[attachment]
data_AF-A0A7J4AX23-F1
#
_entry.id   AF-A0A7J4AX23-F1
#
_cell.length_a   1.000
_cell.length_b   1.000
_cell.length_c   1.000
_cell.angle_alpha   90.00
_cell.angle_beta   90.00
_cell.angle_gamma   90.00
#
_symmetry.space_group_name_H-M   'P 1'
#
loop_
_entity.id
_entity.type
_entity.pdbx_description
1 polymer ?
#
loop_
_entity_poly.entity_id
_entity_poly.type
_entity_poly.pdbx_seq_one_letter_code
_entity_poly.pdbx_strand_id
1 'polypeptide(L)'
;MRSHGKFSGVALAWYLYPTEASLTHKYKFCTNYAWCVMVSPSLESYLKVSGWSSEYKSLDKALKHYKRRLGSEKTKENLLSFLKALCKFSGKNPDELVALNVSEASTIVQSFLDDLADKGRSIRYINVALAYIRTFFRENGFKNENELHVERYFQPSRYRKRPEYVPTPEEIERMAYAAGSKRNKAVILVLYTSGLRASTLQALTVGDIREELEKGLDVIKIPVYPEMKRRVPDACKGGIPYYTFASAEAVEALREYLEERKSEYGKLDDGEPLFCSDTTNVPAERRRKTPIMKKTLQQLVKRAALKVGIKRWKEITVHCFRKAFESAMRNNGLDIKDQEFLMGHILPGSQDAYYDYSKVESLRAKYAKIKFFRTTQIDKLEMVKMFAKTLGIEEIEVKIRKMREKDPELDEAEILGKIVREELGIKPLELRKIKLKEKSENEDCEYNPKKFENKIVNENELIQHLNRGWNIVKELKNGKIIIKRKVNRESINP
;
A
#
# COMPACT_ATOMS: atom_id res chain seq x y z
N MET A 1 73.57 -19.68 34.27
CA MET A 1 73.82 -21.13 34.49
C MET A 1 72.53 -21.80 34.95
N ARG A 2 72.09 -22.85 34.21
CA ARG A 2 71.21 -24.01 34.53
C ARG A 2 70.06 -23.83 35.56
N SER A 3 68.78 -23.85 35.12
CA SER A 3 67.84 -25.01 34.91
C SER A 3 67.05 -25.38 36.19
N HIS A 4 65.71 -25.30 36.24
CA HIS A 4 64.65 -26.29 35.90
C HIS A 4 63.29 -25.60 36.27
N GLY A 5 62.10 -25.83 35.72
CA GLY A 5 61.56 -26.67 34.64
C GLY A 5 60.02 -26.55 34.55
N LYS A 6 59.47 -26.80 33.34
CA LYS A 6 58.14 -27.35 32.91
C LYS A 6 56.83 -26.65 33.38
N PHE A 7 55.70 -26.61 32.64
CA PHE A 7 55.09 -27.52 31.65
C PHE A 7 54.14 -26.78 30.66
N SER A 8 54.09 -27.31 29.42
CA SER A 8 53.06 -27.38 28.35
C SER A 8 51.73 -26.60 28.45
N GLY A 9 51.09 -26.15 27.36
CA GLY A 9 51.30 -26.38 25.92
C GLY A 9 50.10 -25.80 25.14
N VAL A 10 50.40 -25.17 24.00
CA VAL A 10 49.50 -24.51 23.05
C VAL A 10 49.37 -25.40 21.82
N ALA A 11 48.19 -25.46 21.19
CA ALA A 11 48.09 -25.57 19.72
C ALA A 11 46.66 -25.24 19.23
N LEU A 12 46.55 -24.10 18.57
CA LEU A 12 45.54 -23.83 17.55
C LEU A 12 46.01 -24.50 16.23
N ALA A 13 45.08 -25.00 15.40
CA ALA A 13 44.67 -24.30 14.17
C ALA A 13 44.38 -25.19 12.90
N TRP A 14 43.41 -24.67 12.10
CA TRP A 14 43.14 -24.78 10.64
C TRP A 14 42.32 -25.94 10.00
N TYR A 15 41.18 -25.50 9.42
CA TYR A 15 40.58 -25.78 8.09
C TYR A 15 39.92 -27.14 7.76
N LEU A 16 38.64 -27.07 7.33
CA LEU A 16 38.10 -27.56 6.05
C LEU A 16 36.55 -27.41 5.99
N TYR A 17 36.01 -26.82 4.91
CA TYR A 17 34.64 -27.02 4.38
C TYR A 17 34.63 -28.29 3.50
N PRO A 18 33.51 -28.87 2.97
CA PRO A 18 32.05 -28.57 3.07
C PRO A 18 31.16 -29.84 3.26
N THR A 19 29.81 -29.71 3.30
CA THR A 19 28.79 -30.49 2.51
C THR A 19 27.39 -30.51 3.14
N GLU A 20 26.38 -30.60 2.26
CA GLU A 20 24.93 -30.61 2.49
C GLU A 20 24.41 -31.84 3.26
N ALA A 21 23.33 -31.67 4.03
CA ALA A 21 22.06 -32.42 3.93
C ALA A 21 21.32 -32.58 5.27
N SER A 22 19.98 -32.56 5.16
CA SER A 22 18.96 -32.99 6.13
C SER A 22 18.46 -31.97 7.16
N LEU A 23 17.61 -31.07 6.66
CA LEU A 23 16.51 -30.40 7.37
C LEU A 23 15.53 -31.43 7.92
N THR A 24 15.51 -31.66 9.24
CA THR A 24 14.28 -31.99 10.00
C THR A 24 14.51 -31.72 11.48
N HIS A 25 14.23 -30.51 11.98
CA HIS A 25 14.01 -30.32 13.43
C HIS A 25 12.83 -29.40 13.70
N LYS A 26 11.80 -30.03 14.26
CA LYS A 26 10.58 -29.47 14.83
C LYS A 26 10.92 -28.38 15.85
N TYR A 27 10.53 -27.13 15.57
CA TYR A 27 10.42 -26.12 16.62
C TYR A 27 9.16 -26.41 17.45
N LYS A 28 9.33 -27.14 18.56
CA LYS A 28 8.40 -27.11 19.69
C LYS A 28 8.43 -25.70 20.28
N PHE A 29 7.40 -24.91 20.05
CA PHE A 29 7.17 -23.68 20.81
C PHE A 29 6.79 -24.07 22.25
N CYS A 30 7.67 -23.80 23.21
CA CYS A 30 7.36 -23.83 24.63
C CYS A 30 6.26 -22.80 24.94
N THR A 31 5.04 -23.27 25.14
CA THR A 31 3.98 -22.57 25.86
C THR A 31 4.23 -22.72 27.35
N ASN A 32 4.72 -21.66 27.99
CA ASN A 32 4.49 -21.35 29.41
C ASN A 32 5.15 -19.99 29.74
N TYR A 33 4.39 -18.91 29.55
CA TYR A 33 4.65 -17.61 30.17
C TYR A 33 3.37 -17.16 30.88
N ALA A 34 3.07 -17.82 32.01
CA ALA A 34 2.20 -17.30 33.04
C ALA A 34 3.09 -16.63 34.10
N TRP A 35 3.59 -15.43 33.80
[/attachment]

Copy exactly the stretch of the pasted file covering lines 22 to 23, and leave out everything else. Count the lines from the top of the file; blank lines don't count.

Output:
_entity_poly.type
_entity_poly.pdbx_seq_one_letter_code